A recent refinement

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Harvesting investment returns in Asia

Prior to the recent global financial crisis, OAM Asian Recovery Fund had experienced three peak-to-trough declines of 10-20 per cent, but nothing worse. In the third quarter of 2007, we felt that Asian equity valuations were high and accordingly, we increased the Fund’s cash to 15 per cent of assets.

The Fund’s cash had never been so high. In spite of raising this level of cash, it was far from sufficient given what ensued between late 2007 and early 2009. Even though the causes of the global financial crisis were not rooted in Asia, equity markets in Asia fell more than US and European stock markets and OAM Asian Recovery Fund’s NAV per share fell by nearly 50 per cent peak-to-trough.

We were fortunate in distinguishing ourselves from most funds by having net subscriptions during this deep drawdown. I attribute this to our sophisticated client base, and it probably gave reassurance that I told clients that I was “eating more of our own cooking” during this depressed period. We were therefore able to invest at ultra-cheap valuations these subscriptions plus most of the cash we raised near the market peak.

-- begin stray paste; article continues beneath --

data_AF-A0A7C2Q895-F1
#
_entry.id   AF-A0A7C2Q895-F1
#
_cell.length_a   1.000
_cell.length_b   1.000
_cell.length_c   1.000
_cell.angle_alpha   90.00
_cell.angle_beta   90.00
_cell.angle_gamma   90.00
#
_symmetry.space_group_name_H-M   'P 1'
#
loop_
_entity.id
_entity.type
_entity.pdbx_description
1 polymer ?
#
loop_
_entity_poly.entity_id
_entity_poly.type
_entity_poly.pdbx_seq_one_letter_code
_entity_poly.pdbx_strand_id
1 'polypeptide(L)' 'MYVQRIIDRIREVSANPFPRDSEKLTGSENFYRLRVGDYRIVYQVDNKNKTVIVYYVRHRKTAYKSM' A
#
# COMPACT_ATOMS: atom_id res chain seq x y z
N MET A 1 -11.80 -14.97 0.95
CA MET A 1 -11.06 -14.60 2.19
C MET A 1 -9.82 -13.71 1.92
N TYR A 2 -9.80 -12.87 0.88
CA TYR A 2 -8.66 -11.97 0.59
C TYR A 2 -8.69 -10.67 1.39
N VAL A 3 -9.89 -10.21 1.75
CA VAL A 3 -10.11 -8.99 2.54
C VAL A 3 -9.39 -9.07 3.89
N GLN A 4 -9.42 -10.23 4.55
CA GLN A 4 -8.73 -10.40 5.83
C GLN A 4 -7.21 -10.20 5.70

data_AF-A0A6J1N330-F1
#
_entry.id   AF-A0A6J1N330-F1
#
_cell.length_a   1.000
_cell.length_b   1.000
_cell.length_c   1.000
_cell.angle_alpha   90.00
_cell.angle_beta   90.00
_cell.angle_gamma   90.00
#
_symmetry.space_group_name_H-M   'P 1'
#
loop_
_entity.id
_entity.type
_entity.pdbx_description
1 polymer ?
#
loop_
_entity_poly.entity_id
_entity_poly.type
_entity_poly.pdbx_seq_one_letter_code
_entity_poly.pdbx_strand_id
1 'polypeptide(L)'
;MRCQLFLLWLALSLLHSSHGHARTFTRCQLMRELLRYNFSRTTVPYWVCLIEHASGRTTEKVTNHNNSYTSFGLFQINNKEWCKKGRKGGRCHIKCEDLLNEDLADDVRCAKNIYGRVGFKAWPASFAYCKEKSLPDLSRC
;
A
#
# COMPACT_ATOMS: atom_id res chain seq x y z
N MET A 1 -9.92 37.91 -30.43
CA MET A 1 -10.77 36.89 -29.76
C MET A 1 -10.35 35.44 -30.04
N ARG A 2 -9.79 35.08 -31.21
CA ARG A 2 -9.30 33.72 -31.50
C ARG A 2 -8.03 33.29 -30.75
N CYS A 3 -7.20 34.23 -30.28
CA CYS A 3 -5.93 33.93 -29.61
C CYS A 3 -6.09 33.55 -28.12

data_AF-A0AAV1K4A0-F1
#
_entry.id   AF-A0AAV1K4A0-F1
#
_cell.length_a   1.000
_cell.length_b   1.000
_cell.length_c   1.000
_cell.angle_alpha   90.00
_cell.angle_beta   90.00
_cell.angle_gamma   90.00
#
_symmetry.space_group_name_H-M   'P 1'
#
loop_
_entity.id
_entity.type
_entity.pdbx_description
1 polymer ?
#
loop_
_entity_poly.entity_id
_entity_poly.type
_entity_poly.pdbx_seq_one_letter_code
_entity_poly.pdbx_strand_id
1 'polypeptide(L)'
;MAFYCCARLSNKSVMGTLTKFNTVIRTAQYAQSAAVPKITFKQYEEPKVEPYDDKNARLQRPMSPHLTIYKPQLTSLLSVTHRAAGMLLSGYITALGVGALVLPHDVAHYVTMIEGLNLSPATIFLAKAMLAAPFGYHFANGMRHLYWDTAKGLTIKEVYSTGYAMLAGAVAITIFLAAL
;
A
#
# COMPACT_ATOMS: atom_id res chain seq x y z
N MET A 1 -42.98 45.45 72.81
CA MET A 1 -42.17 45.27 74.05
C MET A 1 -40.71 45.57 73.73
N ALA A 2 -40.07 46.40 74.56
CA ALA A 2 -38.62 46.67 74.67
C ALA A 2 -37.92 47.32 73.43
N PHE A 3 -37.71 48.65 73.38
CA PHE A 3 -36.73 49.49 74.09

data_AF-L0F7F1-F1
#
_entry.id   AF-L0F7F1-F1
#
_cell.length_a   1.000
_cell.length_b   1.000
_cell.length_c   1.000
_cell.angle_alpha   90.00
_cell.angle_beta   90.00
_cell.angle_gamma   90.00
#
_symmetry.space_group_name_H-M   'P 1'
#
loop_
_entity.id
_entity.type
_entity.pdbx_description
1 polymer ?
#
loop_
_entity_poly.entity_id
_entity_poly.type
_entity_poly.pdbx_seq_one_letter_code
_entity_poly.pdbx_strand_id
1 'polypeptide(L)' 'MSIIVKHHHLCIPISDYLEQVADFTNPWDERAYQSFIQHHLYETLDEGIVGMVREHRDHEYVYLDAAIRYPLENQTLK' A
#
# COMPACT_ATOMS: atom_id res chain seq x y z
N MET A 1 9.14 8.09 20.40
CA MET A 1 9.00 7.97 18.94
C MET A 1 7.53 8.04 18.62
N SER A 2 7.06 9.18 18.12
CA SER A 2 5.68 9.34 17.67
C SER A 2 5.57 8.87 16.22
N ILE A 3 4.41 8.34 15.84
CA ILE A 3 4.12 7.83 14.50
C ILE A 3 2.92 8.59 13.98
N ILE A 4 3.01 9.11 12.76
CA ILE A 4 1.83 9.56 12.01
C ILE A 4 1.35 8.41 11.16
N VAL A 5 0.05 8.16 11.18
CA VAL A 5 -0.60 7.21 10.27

Determined not to repeat such a large draw-down and test our clients’ fortitude again to this degree, the directors of OAM Asian Recovery Fund recently agreed to alter the Fund’s cash level much more dramatically going forward. The Fund’s prospectus was recently amended to reflect this change. This will allow us to make the high volatility of Asian equity markets our friend rather than enemy.

Asian equity markets have had four busts in the past 15 years – the Asian financial crisis, the bursting of the internet bubble, the SARS outbreak and the recent global financial crisis. Asian equity markets are volatile because domestic retail investors follow momentum on the way up and down. This stems from the seemingly insatiable Chinese gambling instinct as demonstrated by the remarkable success of the new casinos in Macau and Singapore. This is exacerbated by “hot money” invested by foreigners flowing into and out of the region with each bull and bear market cycle.

This brings us to the million dollar question: where are we today in the market cycle? If we depict stock market valuations as swinging like a pendulum between 3 o’clock which represents very cheap, 9 o’clock which represents very expensive, and 6 o’clock which represents fair value, I reckon that Asian equity markets are currently at around 7 o’clock. The momentum of lots of liquidity globally and record low interest rates are pushing it towards 9 o’clock. Every fund manager in Asia with whom I recently shared this analogy broadly shares this view of where Asian markets are today. Our view is that it is too soon to raise a lot of cash, but that day is approaching.

Money supply and bank lending in China exploded during the past two years and that is likely to result in problems down the road. Every January, Fidelity Bank in Cayman hosts a one-day conference called Cayman Business Outlook which always has excellent speakers. One of the speakers in January 2011 will be Michael Pettis who is a professor at Peking University’s Guanghua School of Management where he specialises in Chinese financial markets. Pettis writes a very interesting blog and is likely to point out some of the coming problems in China.